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Are the risks of not vaccinating children worth it?


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By MADISON RINDAHL

The Mirror reporter

The benefits of getting your kids vaccinated far outweigh the risks of not but the number of innocent children not getting vaccinated is climbing.

The Center for Disease Control (CDC) states, “100,000 young children have not had a vaccination against any of the 14 diseases for which shots are recommended.” An example is whooping cough (pertussis).

In 2017, 1.3% of children were completely unvaccinated; that is up a percentage point from 2011. There is still the question of why parents wouldn’t get their kids vaccinated.

Parents feel mandatory vaccines infringe upon constitutionally protected religious freedoms. Multiple religions oppose vaccines and mandatory vaccinations. Many churches and religious communities have different opinions about vaccinations and whether they are safe or not.

Parents feel vaccines may contain harmful ingredients. Some physicians think Thimerosal, which is an organic compound commonly found in the flu vaccine, is linked to autism.

The Wakefield study was conducted in 1998 by Andrew Wakefield. His hypothesis was that the measles, mumps, and rubella (MMR) vaccine caused the development of autism stemming from intestinal inflammation and proteins which are harmful to the brain. Wakefield described 12 children who had intestinal complaints and developed autism within one month of receiving the vaccination

However, his study had some flaws. The MMR was administered when many children were getting diagnosed with autism. The determination of whether MMR causes autism is best made by studying the incidence of autism in both vaccinated and unvaccinated children. That was not done. So how could he really know for sure whether or not the vaccine had caused the autism?

Another flaw was that the symptoms of the vaccine were observed after, not before. Wakefield’s research is not part of any scientific record because it was found to be based on scientific misconduct. His study was found fraudulent and data misrepresented.

There are a lot of people who think vaccines are not good, unsafe, and may harm the ones they love. I believe that not getting vaccinated causes more harm to the ones you love.

Immunization can save your child’s life due to advances in the medical science department. Vaccines.gov states “Some diseases that once injured or killed thousands of children have been eliminated completely and others are close to extinction- primarily due to safe and effective vaccines.”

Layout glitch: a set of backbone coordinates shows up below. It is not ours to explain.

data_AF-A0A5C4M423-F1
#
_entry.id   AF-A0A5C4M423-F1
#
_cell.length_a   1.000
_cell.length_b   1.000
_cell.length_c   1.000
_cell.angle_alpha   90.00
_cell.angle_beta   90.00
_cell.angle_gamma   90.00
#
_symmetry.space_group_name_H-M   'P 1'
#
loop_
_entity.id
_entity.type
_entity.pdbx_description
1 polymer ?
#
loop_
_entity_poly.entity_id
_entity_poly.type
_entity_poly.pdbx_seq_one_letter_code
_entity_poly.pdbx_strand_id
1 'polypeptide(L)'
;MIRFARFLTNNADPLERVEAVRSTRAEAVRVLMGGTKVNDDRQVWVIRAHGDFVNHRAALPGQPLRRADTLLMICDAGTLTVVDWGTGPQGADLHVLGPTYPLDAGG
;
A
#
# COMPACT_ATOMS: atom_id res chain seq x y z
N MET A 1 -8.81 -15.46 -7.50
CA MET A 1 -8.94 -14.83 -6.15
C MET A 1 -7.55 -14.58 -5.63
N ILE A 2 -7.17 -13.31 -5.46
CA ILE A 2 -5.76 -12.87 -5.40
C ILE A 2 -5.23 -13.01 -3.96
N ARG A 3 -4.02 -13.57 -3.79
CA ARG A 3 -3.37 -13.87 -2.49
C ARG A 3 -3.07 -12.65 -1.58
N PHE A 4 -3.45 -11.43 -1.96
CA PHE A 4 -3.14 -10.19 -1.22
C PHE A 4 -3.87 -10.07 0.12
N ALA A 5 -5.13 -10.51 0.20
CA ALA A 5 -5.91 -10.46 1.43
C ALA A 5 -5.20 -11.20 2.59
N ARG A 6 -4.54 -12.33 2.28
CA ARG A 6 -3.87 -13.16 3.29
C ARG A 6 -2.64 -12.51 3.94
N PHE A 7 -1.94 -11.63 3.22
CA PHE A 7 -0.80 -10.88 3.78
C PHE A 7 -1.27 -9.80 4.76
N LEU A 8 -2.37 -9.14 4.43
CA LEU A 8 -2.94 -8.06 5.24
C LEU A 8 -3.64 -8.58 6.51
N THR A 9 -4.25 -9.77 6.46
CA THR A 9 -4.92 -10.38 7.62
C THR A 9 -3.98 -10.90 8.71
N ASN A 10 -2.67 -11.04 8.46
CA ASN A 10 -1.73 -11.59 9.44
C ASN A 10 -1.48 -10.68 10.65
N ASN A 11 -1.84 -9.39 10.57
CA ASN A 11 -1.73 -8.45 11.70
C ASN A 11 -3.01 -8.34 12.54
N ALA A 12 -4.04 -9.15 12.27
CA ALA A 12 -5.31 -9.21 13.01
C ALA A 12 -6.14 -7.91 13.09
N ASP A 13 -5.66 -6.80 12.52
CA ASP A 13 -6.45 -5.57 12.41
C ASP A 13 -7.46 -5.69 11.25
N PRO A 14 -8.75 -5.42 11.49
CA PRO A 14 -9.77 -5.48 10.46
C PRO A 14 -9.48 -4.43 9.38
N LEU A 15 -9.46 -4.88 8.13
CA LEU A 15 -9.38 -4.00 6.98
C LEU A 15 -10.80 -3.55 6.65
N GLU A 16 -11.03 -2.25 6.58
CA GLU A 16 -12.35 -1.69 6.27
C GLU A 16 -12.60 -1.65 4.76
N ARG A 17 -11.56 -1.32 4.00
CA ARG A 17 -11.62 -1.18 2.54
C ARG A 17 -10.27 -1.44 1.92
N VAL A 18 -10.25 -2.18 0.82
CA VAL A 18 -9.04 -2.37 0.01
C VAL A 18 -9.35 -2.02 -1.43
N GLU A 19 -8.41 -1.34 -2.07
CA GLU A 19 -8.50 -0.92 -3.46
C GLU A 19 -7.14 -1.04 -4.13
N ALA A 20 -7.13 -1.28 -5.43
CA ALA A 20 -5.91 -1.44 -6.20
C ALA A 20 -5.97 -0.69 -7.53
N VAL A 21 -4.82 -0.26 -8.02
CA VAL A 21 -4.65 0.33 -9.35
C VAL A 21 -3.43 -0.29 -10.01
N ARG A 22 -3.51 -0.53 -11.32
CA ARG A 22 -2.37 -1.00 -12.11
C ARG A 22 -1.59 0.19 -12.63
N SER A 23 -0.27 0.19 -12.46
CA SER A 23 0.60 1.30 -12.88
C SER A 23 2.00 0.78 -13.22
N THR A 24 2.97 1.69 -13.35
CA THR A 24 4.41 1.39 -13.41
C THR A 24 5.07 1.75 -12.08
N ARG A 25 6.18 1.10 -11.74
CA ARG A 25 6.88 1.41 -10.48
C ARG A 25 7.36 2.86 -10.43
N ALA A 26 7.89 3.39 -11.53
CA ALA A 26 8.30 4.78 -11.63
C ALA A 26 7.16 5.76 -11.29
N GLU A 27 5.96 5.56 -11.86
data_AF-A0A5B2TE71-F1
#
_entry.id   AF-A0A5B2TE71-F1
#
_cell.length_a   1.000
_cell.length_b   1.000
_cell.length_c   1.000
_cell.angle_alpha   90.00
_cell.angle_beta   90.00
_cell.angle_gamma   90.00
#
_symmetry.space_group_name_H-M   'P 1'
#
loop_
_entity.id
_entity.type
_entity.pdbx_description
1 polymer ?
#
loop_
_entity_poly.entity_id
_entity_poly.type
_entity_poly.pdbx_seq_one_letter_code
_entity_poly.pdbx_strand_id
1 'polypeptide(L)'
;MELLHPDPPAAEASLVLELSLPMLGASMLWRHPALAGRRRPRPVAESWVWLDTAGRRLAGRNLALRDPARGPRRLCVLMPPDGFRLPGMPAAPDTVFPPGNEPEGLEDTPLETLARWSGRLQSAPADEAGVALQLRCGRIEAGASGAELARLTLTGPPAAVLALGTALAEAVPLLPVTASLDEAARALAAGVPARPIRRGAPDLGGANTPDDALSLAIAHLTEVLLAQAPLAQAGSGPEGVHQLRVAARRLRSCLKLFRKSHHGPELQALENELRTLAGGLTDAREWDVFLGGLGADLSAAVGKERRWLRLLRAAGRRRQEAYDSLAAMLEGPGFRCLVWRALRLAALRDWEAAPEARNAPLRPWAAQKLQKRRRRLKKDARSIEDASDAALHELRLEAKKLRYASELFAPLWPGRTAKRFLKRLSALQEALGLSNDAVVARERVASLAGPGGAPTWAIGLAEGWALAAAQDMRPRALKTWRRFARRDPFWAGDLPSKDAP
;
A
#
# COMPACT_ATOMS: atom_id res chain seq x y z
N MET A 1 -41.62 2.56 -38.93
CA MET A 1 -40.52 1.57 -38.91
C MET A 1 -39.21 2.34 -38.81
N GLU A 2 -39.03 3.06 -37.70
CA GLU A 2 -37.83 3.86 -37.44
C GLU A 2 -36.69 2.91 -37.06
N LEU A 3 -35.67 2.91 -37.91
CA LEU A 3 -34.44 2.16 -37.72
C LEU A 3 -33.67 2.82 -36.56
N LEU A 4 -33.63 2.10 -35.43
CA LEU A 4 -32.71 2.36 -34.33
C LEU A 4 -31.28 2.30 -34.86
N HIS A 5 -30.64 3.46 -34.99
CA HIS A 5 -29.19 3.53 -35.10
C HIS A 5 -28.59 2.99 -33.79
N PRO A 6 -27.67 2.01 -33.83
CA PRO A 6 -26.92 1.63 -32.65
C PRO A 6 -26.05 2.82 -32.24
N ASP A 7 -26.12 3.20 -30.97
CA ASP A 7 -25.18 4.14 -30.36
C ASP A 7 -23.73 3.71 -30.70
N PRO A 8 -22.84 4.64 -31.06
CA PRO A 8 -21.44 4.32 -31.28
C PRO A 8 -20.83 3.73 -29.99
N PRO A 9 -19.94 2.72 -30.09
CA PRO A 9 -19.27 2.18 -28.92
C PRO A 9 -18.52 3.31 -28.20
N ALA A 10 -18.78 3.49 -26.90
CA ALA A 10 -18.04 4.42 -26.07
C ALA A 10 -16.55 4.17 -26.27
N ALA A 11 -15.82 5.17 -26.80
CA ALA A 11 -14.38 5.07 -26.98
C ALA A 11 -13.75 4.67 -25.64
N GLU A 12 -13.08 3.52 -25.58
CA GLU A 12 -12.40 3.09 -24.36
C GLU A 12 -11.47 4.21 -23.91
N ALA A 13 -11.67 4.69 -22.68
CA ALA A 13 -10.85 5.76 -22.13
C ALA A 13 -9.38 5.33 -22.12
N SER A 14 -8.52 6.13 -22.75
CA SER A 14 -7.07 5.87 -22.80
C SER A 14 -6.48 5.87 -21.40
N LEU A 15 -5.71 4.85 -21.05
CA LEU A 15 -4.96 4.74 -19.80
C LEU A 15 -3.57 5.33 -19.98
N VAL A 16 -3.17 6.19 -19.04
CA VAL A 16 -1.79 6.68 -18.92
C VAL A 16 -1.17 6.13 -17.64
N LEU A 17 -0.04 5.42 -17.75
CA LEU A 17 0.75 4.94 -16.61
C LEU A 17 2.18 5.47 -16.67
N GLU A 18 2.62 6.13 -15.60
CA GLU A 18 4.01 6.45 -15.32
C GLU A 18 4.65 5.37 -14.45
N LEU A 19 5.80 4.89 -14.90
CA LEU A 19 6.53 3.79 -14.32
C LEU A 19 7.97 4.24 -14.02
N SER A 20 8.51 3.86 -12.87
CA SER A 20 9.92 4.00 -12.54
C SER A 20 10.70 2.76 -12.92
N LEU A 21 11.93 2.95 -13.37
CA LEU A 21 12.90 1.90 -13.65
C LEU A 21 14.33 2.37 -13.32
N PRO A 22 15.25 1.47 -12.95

An example is the polio vaccine which had “a major impact in the United States in preventing and stopping the spread of a terrible disease that left many children crippled for life.”

Vaccines in some cases eliminated diseases that killed or severely disabled people just a few generations ago. An example would be smallpox vaccination eradicated that disease worldwide.

Immunization can also protect other vulnerable people in our communities. Certain people are not able to receive a certain vaccine due to severe allergies, weakened immune systems from a certain illness or other reason. That is why it is important to get children vaccinated if you can, to help protect others in the community that is unable to protect themselves. Vaccinating is not just about helping your own family, but also preventing diseases from spreading throughout our population.

By vaccinating children against rubella (German measles), the risk that pregnant women will pass this virus to their fetus or newborn has been dramatically decreased. And birth defects associated with Rubella are no longer seen in the United States.

If people keep vaccinating their children now, parents in the future may be able to trust that some diseases of today will no longer be around to harm their children in the future.

https://vaccines.procon.org/

https://www.chop.edu

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1 Comment

One Response to “Are the risks of not vaccinating children worth it?”

  1. Rachel Placeway on November 15th, 2018 9:55 AM

    I really liked how you opposed the opposition viewpoint. It showed that you really knew what you were talking about. The information used helped emphasize your point to a greater extent.

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